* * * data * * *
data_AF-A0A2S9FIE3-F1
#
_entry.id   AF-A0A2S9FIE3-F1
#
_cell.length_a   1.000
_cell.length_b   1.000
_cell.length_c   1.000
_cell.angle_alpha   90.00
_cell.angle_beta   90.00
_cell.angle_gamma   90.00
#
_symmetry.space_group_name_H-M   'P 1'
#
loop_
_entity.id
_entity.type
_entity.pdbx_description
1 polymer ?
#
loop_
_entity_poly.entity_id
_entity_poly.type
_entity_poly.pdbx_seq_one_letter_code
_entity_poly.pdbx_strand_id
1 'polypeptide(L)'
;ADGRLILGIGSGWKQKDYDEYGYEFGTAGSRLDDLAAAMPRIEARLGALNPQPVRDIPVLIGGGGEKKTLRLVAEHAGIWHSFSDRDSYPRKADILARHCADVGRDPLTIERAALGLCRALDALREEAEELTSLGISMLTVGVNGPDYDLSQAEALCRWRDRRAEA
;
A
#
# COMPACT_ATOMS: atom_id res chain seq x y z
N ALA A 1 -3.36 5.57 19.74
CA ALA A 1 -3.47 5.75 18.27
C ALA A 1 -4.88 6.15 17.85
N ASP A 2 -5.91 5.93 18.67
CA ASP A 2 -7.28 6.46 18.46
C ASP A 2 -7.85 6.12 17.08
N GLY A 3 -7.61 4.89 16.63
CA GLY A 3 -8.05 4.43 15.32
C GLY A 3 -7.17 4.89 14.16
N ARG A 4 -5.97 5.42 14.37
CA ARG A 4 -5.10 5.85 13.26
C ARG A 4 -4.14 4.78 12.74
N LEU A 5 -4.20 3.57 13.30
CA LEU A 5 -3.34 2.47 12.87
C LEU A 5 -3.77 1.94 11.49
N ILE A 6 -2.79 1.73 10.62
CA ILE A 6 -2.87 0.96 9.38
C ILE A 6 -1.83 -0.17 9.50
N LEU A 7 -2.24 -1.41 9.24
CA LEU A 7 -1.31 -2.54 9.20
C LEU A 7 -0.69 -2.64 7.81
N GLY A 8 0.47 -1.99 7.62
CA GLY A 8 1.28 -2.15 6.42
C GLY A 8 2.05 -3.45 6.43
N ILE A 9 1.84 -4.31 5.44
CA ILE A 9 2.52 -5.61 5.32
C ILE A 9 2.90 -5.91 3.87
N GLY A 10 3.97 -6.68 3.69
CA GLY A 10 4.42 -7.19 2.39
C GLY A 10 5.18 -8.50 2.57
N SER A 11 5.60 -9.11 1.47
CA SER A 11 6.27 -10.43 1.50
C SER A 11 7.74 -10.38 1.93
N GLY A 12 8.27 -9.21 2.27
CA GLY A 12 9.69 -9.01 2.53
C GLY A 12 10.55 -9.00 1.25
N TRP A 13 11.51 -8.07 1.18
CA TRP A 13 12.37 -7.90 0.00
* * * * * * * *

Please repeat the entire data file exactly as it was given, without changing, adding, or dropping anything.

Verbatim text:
data_AF-A0A2S9FIE3-F1
#
_entry.id   AF-A0A2S9FIE3-F1
#
_cell.length_a   1.000
_cell.length_b   1.000
_cell.length_c   1.000
_cell.angle_alpha   90.00
_cell.angle_beta   90.00
_cell.angle_gamma   90.00
#
_symmetry.space_group_name_H-M   'P 1'
#
loop_
_entity.id
_entity.type
_entity.pdbx_description
1 polymer ?
#
loop_
_entity_poly.entity_id
_entity_poly.type
_entity_poly.pdbx_seq_one_letter_code
_entity_poly.pdbx_strand_id
1 'polypeptide(L)'
;ADGRLILGIGSGWKQKDYDEYGYEFGTAGSRLDDLAAAMPRIEARLGALNPQPVRDIPVLIGGGGEKKTLRLVAEHAGIWHSFSDRDSYPRKADILARHCADVGRDPLTIERAALGLCRALDALREEAEELTSLGISMLTVGVNGPDYDLSQAEALCRWRDRRAEA
;
A
#
# COMPACT_ATOMS: atom_id res chain seq x y z
N ALA A 1 -3.36 5.57 19.74
CA ALA A 1 -3.47 5.75 18.27
C ALA A 1 -4.88 6.15 17.85
N ASP A 2 -5.91 5.93 18.67
CA ASP A 2 -7.28 6.46 18.46
C ASP A 2 -7.85 6.12 17.08
N GLY A 3 -7.61 4.89 16.63
CA GLY A 3 -8.05 4.43 15.32
C GLY A 3 -7.17 4.89 14.16
N ARG A 4 -5.97 5.42 14.37
CA ARG A 4 -5.10 5.85 13.26
C ARG A 4 -4.14 4.78 12.74
N LEU A 5 -4.20 3.57 13.30
CA LEU A 5 -3.34 2.47 12.87
C LEU A 5 -3.77 1.94 11.49
N ILE A 6 -2.79 1.73 10.62
CA ILE A 6 -2.87 0.96 9.38
C ILE A 6 -1.83 -0.17 9.50
N LEU A 7 -2.24 -1.41 9.24
CA LEU A 7 -1.31 -2.54 9.20
C LEU A 7 -0.69 -2.64 7.81
N GLY A 8 0.47 -1.99 7.62
CA GLY A 8 1.28 -2.15 6.42
C GLY A 8 2.05 -3.45 6.43
N ILE A 9 1.84 -4.31 5.44
CA ILE A 9 2.52 -5.61 5.32
C ILE A 9 2.90 -5.91 3.87
N GLY A 10 3.97 -6.68 3.69
CA GLY A 10 4.42 -7.19 2.39
C GLY A 10 5.18 -8.50 2.57
N SER A 11 5.60 -9.11 1.47
CA SER A 11 6.27 -10.43 1.50
C SER A 11 7.74 -10.38 1.93
N GLY A 12 8.27 -9.21 2.27
CA GLY A 12 9.69 -9.01 2.53
C GLY A 12 10.55 -9.00 1.25
N TRP A 13 11.51 -8.07 1.18
CA TRP A 13 12.37 -7.90 0.00